Smartphones present unique problems. For one thing, they increase the risk for “texting thumb,” or de Quervain syndrome, an irritation of the tendon or tendon sheath on the outside of the thumb. Dr. Hedge suggests downloading a swipe-to-type keyboard app, which uses predictive text and finger swiping and is much easier on the thumbs. Even better, dictate texts. And if you talk on your phone a lot, invest in a handset so you do not have to hold it up to your ear.
When looking at your phone, don’t hold it down near your chest or waist, because you have to look down to see it, which strains your neck muscles.
“When you tilt your head down, you increase the effective weight of your head six times, from about 10 pounds to about 60 pounds,” Dr. Hedge said. If you have armrests on your chair, prop your elbows on them and hold your phone up near eye level. If you do not have armrests, prop your elbow against your stomach while holding the phone.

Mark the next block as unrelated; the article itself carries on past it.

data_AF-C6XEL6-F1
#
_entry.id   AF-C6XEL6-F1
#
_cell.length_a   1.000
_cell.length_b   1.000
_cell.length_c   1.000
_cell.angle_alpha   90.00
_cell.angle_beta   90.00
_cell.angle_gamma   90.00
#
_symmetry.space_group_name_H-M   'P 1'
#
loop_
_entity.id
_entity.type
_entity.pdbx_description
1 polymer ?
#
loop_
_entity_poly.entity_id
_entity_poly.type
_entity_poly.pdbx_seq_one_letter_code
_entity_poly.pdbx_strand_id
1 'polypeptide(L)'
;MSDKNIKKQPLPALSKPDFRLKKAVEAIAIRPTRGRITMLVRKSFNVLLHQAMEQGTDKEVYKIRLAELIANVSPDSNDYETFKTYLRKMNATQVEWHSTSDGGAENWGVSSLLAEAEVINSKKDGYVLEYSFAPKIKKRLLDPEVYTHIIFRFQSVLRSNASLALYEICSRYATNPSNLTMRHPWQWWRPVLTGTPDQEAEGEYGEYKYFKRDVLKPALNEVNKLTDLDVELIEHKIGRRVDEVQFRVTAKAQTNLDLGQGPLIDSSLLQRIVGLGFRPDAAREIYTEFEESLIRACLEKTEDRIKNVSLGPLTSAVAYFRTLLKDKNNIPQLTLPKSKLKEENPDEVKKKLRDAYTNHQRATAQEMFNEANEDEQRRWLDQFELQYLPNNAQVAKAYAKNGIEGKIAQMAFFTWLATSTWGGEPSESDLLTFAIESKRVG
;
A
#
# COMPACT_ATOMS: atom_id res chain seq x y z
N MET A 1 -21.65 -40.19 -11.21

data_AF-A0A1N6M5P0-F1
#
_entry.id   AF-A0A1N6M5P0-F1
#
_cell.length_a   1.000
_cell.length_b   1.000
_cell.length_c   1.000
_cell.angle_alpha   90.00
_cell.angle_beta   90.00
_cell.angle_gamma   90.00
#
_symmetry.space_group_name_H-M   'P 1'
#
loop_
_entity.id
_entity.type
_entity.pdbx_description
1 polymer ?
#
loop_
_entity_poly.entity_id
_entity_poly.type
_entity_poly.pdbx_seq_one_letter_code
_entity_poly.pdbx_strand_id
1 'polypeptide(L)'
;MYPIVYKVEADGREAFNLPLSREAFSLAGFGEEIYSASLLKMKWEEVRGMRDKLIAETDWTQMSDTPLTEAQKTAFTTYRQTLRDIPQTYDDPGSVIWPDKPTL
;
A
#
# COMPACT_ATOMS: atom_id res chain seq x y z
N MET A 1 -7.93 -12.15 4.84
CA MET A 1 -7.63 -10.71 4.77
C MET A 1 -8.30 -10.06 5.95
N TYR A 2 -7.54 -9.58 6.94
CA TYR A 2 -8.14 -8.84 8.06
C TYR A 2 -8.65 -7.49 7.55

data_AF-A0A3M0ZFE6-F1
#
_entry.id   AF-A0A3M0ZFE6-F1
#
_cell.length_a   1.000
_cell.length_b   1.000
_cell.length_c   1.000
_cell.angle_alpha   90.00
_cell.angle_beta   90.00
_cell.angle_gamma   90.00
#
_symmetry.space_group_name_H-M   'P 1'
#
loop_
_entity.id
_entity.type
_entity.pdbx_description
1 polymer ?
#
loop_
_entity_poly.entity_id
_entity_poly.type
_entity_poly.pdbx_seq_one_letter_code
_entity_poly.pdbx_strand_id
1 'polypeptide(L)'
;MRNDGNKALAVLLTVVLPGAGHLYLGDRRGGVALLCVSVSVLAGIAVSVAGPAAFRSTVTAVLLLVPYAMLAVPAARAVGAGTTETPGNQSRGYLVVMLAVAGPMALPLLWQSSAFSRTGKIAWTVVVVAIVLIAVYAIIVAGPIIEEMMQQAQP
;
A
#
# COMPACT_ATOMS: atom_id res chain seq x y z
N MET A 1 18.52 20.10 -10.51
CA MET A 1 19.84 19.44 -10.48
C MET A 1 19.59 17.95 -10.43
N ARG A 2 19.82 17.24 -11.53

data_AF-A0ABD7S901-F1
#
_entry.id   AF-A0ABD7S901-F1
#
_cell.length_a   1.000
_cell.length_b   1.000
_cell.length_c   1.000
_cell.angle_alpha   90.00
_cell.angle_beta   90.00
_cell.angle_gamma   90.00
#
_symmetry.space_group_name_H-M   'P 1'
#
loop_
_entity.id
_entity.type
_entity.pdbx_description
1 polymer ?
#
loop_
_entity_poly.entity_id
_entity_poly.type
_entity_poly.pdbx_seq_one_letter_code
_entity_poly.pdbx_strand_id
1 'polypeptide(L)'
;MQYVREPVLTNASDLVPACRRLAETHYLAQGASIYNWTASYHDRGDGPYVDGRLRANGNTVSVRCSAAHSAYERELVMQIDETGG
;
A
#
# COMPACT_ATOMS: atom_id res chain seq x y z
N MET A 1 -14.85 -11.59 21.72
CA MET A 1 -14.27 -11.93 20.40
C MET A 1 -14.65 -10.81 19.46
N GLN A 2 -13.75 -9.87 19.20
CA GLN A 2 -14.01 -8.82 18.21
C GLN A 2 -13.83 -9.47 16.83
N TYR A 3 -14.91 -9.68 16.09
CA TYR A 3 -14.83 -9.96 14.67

Take breaks and make changes if you’re in pain.
Perhaps the most important tip is one we have the hardest time with: take frequent breaks and change your position regularly.
“We say, ‘Your next position is your best position,’” said Michelle Robertson, a lecturer at Northeastern University and the director of the Office Ergonomics Research Committee, a group of companies that fund ergonomic research. Sitting for a long time in the same position restricts blood flow and is not good for your muscles, she explained. You also need to focus your eyes on new objects and distances every 20 minutes or so to prevent eyestrain.
If you start feeling pain at your desk or while working and don’t know what to do, consider hiring a certified professional ergonomist to evaluate your workstation (even better, hire one before you experience pain). Talk to your company’s human resources department — it may already have someone it works with.
Also, check out this helpful Cornell guide, “Where It Hurts,” which identifies common causes of workplace-related pain. Don’t just work through the aches, because — and I say this from experience — it will only get worse if you do. But the good news is that small adjustments can make a really big difference.